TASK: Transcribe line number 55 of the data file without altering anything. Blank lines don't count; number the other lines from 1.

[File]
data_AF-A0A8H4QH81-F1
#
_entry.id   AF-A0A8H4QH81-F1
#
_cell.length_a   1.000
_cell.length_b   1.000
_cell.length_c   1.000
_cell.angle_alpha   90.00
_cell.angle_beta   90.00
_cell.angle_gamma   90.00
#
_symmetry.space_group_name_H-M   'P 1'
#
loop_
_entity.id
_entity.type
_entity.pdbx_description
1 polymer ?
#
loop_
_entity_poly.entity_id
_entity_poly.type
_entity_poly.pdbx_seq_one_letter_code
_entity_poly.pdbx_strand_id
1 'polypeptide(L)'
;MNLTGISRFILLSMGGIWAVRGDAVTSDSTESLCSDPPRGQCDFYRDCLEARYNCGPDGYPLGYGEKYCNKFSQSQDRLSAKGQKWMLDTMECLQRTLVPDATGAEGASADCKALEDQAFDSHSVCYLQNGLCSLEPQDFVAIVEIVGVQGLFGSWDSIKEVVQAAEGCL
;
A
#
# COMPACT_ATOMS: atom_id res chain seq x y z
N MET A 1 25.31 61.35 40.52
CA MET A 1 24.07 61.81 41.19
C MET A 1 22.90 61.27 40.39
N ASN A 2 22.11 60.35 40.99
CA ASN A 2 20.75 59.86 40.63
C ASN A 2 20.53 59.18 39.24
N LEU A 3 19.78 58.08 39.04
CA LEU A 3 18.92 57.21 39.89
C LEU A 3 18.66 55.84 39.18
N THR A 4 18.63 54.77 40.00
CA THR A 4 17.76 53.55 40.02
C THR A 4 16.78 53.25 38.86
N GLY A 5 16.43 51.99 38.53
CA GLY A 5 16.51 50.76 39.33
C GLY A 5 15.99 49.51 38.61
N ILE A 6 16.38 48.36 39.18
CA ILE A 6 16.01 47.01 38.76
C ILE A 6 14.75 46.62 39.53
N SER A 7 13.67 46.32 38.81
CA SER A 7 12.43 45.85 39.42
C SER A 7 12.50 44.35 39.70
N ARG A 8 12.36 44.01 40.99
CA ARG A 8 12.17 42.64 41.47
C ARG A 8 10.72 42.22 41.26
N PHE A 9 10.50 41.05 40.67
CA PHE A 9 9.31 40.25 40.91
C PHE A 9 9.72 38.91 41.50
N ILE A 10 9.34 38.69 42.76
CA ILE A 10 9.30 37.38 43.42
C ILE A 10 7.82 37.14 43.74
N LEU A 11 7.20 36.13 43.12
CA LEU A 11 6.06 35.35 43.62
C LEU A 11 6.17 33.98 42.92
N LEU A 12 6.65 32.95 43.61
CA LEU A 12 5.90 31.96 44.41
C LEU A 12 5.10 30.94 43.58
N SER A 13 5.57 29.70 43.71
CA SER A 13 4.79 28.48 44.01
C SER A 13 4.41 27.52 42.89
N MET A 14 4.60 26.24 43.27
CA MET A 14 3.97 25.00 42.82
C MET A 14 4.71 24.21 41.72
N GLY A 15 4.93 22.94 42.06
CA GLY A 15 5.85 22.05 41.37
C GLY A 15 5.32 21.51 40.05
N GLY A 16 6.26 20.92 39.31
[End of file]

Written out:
N PHE A 9 10.50 41.05 40.67